LITTLEJOHN COLISEUM SITS on the beautiful Clemson
University campus in Clemson, South Carolina. We would be considered at
best a secondary market. The slowly recovering economy has all of us
venue managers wondering when the economy will finally turn around and
our public will have some additional discretionary funds to buy tickets
to our events. As we are all charged with increasing bottom lines and
filling seats, we have to work together to change the philosophy on
comps, papering and BOGO’s (buy one, get one free). Our team at
Littlejohn Coliseum has discovered a few things that make this process a
benefit to the venue and the artist.
I know we have all had shows where we were planning on
selling thousands of tickets and for some unknown reason the tickets
just don’t move as expected. So you try spending additional marketing
dollars and make a last ditch push but it really doesn’t help you move
tickets. So what now? The agent calls you and says that you need to
start doing BOGO’s, comping and maybe even papering the show. All venue
managers hate this call and in most cases don’t want to load up our
market with free tickets or discount them the week before the show. We
all know that the second our market thinks we will always discount right
before the show everyone will wait to buy their tickets at the last
second. Venue managers count on those early sales numbers to plan and
make sure they have adequate staffing and production for the show. So
what do we do at Littlejohn Coliseum? We print our own vouchers to use
instead of giving out hundreds of comp tickets. The voucher must be
returned to the box office the night of the show properly signed by one
of our facility’s employees. The box office employee will then print
them a comp ticket of a section that needs to be filled.
Many of you may ask why go to the hassle of creating
vouchers when you could just give away those tickets – here’s why.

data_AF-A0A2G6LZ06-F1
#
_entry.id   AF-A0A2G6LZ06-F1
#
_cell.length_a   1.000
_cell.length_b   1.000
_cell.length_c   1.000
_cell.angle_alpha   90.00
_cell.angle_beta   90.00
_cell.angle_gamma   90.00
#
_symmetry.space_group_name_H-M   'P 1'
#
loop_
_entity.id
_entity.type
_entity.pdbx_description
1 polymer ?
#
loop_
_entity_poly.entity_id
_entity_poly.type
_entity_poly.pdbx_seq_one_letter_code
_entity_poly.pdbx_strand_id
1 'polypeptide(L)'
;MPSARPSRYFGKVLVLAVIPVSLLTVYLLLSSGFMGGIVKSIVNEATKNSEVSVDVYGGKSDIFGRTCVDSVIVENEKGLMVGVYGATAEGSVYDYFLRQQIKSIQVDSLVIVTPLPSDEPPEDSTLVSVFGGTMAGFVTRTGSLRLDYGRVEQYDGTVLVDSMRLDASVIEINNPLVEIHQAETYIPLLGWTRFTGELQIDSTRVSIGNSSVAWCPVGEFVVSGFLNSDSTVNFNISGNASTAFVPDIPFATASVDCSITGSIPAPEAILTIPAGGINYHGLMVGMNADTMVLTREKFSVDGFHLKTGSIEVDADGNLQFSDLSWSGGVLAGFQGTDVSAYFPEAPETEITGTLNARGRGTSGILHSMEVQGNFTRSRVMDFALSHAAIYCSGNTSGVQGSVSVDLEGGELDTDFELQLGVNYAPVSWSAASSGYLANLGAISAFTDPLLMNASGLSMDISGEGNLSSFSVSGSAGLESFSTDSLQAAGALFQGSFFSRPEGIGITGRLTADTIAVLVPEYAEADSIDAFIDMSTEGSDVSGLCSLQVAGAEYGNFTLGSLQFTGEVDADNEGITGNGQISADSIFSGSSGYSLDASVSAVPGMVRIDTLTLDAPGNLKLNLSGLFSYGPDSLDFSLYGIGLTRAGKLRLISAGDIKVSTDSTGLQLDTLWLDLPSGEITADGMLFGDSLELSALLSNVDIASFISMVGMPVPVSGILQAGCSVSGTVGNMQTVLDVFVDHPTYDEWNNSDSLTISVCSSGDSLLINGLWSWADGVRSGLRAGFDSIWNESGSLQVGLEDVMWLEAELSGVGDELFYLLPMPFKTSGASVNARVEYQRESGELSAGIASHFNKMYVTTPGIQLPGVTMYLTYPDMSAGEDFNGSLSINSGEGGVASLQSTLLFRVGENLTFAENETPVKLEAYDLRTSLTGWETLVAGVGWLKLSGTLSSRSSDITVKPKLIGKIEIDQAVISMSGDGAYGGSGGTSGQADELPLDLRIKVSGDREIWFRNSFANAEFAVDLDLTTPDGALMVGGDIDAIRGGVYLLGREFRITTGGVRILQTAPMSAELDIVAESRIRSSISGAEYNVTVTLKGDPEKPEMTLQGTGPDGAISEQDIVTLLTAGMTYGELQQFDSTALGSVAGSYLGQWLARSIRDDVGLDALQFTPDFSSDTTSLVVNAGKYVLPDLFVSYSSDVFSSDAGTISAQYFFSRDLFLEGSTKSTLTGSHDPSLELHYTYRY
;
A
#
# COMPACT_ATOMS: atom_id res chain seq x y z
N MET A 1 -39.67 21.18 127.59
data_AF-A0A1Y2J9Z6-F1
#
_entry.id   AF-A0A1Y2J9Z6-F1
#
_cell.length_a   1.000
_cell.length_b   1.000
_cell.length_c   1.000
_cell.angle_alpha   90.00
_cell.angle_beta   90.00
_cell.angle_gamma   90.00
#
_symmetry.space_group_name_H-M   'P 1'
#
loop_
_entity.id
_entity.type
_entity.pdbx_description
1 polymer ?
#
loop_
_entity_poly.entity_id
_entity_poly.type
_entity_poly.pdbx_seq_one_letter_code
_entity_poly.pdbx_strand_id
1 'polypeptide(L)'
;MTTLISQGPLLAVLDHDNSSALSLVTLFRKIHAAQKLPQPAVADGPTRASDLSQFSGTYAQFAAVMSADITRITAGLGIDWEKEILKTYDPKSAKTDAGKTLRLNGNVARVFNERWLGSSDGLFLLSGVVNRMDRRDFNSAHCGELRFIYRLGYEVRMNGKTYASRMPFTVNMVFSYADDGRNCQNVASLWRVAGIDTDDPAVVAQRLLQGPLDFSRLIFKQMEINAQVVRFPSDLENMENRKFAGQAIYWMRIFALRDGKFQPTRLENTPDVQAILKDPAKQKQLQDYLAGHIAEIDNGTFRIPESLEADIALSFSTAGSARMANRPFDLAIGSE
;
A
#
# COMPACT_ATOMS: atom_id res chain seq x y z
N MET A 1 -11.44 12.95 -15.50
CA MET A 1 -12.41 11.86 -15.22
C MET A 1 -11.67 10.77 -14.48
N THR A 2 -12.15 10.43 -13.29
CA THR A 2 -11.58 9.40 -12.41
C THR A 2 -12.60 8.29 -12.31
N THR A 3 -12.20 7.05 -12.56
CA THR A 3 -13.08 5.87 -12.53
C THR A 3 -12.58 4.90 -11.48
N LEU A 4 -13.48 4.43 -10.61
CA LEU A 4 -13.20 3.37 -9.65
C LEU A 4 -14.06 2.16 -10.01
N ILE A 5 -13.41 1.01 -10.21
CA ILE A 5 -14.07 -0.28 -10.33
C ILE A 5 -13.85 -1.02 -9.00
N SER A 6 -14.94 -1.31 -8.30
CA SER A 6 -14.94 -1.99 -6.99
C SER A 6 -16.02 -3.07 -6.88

vouchers? You can easily code
your vouchers so you can track who actually used the tickets. For
example, if you gave 50 tickets to three different companies or service
groups in your community you could easily track which group actually
used the vouchers. Also, I have noticed that taking a voucher to a
business and signing my name to validate it in front of them is better
received then me giving them a handful of comps. Most people don’t
understand the cost of giving away free tickets. Most of the people that
receive vouchers from me think of it more as a gift certificate instead
of a ticket that didn’t cost us anything. Also, that additional face
time gives you a chance to make an additional contact in the community
and explain why you are able to give away a few free tickets.
Another reason we like using vouchers is that people
are less likely to scalp or sell a voucher. A fan is less likely to buy
a voucher created by the facility for fear of it being counterfeit or
against the law.
The artist and/or tour management also like the idea of
the voucher once you get a chance to explain it to them. In our
experience it has not been hard to sell them on vouchers. The reason
being is that most of the time the artist wants a certain arena seating
section full. In most cases you can’t guarantee that if you give comp
tickets to someone that they are going to come and fill those empty
seats. However, when someone brings their voucher to the box office to
be redeemed at the show you can immediately feel comfortable that those
seats will not be left empty. If you need to fill section 101 before
section 102 the box office staff now has the control to fill the seats
at the request of the artist’s management. You no longer have the
problem of 20 people in one section and 40 in another section with
numerous seats left open with comp tickets that didn’t get redeemed.
Our box office manager Alanna Waldrop says, “The
voucher takes care of the fan and makes sure that the tickets are being
used and not wasted. Also, I have control over where I’m seating those
fans. In most cases it adds work for the box office but seeing that fan
with the large smile saying ‘I really got a free ticket’ is worth it in
the end.” The voucher also gives you an additional way to communicate
with the fan. The voucher can be used to discuss where to park, how to
sign up for the fan club, or even market some future events in your
facility. Be creative and make papering, comping or BOGOing a beneficial
piece to your facility. Next time you have to paper or give out comps
for a show, try creating a voucher and create some of the same benefits
we enjoy here at Littlejohn Coliseum.
Dusty Saine is assistant general manager of
Littlejohn Coliseum at Clemson University in Clemson, South Carolina.
Contact him at email@example.com.